# Square Root Calculator

## Calculator Use

Use this calculator to find the principal square root and roots of real numbers. Inputs for the radicand x can be positive or negative real numbers. The answer will also tell you if you entered a perfect square.

The answer will show you the complex or imaginary solutions for square roots of negative real numbers. See also the Simplify Radical Expressions Calculator to simplify radicals instead of finding fractional (decimal) answers.

## Square Roots, odd and even:

There are 2 possible roots for any positive real number. A positive root and a negative root. Given a number *x*, the square root of *x* is a number *a* such that *a ^{2} = x*. Square roots is a specialized form of our common roots calculator.

"Note that any positive real number has two square roots, one positive and one negative. For example, the square roots of 9 are -3 and +3, since (-3)^{2} = (+3)^{2} = 9. Any nonnegative real number *x* has a unique nonnegative square root r; this is called the principal square root .......... For example, the principal square root of 9 is sqrt(9) = +3, while the other square root of 9 is -sqrt(9) = -3. In common usage, unless otherwise specified, "the" square root is generally taken to mean the principal square root."[1].

## Perfect Square Calculator

This calculator will also tell you if the number you entered is a perfect square or is not a perfect square. A perfect square is a number *x* where the square root of *x* is a number *a* such that *a ^{2} = x* and a is an integer. For example, 4, 9 and 16 are perfect squares since their square roots, 2, 3 and 4, respectively, are integers.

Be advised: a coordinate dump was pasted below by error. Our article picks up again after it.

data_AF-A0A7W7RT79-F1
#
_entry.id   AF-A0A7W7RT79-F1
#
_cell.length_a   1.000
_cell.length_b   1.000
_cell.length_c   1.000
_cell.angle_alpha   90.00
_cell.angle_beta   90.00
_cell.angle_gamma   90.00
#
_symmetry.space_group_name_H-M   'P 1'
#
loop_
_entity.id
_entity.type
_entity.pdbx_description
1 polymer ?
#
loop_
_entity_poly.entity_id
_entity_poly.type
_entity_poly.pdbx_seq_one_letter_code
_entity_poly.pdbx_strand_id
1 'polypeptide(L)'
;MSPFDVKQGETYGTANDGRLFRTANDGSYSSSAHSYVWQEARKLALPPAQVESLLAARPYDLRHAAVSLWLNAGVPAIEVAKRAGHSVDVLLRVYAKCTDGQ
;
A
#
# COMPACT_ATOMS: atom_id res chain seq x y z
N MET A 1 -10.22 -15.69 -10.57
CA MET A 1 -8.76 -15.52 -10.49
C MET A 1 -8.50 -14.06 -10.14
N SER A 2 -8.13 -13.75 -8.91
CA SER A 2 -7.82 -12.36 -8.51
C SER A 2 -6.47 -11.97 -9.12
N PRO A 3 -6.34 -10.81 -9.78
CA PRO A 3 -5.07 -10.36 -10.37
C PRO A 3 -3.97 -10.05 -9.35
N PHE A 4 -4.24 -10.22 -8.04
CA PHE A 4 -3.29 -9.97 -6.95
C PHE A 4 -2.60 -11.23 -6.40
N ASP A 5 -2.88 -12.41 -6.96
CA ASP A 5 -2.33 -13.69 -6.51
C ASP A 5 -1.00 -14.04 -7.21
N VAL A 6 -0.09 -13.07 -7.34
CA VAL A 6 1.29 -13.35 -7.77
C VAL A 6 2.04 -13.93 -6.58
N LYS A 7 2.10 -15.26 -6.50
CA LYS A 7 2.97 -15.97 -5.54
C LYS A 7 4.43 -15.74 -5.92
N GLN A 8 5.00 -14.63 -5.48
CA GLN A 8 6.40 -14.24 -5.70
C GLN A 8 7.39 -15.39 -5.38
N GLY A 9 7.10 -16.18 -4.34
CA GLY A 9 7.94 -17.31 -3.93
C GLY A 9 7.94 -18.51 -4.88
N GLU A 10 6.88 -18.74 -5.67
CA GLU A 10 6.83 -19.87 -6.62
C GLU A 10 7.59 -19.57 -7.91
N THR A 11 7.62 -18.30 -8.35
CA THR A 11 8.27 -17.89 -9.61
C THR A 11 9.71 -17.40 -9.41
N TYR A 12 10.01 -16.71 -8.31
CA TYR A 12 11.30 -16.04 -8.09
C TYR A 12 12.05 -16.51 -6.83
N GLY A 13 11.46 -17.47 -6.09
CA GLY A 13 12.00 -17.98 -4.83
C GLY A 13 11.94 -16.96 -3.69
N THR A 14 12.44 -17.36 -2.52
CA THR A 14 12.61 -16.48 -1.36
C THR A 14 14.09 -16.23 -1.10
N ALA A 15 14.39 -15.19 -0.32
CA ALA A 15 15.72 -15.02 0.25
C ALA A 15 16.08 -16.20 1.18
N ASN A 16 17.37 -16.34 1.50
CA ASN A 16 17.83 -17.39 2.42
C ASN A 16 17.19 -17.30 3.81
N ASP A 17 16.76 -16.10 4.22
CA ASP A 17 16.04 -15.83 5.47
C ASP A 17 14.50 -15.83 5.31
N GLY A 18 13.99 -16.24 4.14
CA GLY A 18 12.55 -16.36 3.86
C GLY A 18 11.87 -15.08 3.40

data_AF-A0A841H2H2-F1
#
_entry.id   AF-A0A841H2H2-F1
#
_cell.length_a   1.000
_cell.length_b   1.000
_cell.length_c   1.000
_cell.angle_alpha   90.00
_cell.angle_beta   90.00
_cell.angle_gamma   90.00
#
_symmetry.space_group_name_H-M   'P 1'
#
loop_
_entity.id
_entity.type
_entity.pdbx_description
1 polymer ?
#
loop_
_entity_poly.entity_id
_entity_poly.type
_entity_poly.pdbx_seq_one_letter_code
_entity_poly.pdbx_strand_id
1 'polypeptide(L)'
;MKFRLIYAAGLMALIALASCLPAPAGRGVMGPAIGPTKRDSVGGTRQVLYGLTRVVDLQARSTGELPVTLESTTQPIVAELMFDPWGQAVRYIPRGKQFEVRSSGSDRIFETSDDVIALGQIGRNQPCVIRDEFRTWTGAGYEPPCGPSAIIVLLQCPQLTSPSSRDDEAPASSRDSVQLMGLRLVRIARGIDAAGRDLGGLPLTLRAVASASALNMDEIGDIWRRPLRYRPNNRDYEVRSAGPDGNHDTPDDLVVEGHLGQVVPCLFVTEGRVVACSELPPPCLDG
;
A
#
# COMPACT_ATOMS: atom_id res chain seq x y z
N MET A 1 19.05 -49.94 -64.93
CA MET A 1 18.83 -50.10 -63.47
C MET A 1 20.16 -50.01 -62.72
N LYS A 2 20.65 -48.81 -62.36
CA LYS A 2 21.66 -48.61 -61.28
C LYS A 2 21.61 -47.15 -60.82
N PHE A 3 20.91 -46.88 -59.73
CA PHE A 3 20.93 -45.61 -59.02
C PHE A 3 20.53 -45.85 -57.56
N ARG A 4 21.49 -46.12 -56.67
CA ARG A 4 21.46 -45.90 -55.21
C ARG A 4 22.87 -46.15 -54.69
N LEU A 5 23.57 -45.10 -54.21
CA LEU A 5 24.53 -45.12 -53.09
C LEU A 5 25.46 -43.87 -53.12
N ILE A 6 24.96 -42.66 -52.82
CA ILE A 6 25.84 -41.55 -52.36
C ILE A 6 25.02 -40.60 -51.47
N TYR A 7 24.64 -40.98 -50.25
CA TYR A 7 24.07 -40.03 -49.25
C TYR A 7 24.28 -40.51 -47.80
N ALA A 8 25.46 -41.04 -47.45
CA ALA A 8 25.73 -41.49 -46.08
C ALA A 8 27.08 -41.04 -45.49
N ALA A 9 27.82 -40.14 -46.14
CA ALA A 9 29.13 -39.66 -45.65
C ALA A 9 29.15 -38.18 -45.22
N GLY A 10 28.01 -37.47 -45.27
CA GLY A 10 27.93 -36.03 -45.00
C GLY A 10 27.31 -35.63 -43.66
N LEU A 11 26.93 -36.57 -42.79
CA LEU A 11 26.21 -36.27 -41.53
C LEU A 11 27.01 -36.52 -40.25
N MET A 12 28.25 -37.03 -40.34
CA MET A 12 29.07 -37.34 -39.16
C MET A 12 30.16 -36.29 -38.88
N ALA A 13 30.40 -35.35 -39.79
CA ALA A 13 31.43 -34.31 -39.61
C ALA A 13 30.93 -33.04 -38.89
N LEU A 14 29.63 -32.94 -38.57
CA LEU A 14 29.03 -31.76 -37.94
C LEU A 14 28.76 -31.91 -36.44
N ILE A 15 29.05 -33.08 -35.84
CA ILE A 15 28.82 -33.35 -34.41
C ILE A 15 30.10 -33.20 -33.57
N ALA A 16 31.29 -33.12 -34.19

## Example Square Roots:

- The 2nd root of 81, or 81 radical 2, or the square root of 81 is written as \( \sqrt[2]{81} = \sqrt[]{81} = \pm 9 \).
- The 2nd root of 25, or 25 radical 2, or the square root of 25 is written as \( \sqrt[2]{25} = \sqrt[]{25} = \pm 5 \).
- The 2nd root of 100, or 100 radical 2, or the square root of 100 is written as \( \sqrt[2]{100} = \sqrt[]{100} = \pm 10 \).
- The 2nd root of 10, or 10 radical 2, or the square root of 10 is written as \( \sqrt[2]{10} = \sqrt[]{10} = \pm 3.162278 \).

To calculate fractional exponents use our calculator for Fractional Exponents.

### References

[1] Weisstein, Eric W. "Square Root." From *MathWorld* -- A Wolfram Web Resource. Square Root

### Additional reading on square roots:

Math Forum Is 0 a perfect square?

At Math is Fun: square root

**Cite this content, page or calculator as:**

Furey, Edward "Square Root Calculator"; from *http://www.calculatorsoup.com* - Online Calculator Resource.